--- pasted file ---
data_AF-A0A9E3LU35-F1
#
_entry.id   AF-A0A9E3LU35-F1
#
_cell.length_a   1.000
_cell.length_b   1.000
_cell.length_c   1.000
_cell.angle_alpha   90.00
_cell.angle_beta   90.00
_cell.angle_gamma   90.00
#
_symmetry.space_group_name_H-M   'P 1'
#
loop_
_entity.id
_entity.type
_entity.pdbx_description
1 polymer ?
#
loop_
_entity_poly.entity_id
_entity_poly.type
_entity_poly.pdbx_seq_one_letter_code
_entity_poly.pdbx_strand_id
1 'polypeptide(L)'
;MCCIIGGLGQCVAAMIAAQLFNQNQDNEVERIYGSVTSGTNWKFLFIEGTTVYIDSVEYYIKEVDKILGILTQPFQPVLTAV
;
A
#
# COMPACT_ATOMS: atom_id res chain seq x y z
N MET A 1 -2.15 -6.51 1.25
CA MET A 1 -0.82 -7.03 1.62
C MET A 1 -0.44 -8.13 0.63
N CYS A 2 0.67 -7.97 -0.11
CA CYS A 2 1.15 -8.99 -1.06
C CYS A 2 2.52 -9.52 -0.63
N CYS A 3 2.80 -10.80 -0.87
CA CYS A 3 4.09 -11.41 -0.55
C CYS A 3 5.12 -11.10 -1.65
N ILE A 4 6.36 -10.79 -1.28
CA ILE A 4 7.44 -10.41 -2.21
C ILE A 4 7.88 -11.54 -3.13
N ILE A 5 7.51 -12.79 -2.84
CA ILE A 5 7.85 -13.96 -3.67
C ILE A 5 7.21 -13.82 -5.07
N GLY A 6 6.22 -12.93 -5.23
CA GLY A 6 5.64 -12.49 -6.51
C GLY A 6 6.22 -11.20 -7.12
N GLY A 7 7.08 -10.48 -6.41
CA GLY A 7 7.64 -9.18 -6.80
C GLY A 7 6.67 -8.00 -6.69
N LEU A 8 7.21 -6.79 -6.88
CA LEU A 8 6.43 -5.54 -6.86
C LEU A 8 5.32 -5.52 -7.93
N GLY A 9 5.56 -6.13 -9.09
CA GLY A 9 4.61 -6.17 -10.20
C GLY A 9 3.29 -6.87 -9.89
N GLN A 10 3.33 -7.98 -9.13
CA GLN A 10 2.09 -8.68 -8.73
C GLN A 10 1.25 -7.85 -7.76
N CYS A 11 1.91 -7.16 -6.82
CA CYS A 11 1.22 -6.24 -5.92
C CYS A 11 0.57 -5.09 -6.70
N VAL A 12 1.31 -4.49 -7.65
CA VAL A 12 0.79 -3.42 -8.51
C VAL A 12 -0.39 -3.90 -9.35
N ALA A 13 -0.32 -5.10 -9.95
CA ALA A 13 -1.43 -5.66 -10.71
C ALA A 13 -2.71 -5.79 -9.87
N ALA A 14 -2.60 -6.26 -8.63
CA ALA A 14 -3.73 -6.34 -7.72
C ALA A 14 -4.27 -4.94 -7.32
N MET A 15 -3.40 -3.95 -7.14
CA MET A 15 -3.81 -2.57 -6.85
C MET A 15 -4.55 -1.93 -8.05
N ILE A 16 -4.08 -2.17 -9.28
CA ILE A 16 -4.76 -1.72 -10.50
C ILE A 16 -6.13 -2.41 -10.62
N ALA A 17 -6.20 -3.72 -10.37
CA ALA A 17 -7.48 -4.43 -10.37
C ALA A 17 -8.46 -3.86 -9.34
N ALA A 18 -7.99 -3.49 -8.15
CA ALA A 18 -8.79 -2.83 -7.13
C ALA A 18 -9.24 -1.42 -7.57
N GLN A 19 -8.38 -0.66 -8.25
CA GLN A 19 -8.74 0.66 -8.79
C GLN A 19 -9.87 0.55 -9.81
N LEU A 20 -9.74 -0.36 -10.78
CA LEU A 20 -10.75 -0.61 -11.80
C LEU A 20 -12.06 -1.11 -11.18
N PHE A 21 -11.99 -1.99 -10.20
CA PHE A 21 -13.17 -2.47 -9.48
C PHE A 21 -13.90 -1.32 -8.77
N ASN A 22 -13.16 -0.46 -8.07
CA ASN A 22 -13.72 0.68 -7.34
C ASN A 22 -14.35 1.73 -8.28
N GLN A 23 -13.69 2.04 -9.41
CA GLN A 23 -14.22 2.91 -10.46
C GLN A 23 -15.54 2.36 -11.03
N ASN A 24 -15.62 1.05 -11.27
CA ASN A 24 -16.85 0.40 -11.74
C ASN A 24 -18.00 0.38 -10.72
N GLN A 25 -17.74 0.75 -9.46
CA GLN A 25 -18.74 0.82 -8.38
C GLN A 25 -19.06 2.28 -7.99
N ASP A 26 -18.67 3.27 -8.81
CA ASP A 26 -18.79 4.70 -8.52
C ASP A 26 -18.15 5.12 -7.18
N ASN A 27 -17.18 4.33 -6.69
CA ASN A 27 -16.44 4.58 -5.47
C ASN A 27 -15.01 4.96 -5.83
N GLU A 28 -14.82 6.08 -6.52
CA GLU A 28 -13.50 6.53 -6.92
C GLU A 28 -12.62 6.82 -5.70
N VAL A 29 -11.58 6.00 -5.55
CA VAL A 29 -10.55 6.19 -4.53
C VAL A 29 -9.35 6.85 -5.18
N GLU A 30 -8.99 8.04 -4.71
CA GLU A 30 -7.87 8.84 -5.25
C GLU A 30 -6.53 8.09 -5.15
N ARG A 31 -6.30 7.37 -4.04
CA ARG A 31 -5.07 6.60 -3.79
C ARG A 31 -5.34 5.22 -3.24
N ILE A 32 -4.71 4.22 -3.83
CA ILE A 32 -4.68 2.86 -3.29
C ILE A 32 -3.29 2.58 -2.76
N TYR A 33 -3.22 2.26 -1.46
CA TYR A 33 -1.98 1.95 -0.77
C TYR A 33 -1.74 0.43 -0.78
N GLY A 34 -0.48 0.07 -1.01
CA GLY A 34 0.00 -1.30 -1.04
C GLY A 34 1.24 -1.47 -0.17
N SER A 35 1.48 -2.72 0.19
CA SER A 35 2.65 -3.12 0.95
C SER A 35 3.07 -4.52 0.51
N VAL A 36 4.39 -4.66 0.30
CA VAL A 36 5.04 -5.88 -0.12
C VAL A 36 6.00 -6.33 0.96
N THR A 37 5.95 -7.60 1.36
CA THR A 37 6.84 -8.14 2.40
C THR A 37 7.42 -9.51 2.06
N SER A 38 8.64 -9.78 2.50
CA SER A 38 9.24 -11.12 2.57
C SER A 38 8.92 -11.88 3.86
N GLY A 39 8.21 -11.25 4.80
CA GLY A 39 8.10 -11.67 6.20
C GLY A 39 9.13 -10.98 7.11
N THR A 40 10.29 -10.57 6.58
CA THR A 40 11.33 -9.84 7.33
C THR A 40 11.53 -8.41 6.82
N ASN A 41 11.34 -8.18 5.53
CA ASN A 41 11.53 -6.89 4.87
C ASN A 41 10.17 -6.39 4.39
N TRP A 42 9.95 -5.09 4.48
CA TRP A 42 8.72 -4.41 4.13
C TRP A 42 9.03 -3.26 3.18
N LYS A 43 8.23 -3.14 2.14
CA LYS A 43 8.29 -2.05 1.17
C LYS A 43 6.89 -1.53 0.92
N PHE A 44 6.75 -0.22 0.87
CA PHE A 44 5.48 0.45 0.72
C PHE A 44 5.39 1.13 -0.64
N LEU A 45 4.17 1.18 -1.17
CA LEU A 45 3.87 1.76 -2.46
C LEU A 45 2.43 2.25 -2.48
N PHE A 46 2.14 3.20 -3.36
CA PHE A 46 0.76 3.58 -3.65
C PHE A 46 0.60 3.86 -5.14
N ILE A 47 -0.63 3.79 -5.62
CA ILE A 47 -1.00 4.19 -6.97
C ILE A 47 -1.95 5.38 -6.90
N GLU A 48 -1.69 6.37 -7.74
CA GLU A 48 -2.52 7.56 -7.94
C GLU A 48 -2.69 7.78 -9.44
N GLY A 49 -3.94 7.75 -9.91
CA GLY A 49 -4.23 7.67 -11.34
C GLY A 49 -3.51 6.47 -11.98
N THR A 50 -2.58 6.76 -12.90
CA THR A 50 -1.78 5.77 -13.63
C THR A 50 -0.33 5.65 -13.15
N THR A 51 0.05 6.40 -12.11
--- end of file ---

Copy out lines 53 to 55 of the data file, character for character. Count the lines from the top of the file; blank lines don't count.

CA LEU A 8 6.43 -5.54 -6.86
C LEU A 8 5.32 -5.52 -7.93
N GLY A 9 5.56 -6.13 -9.09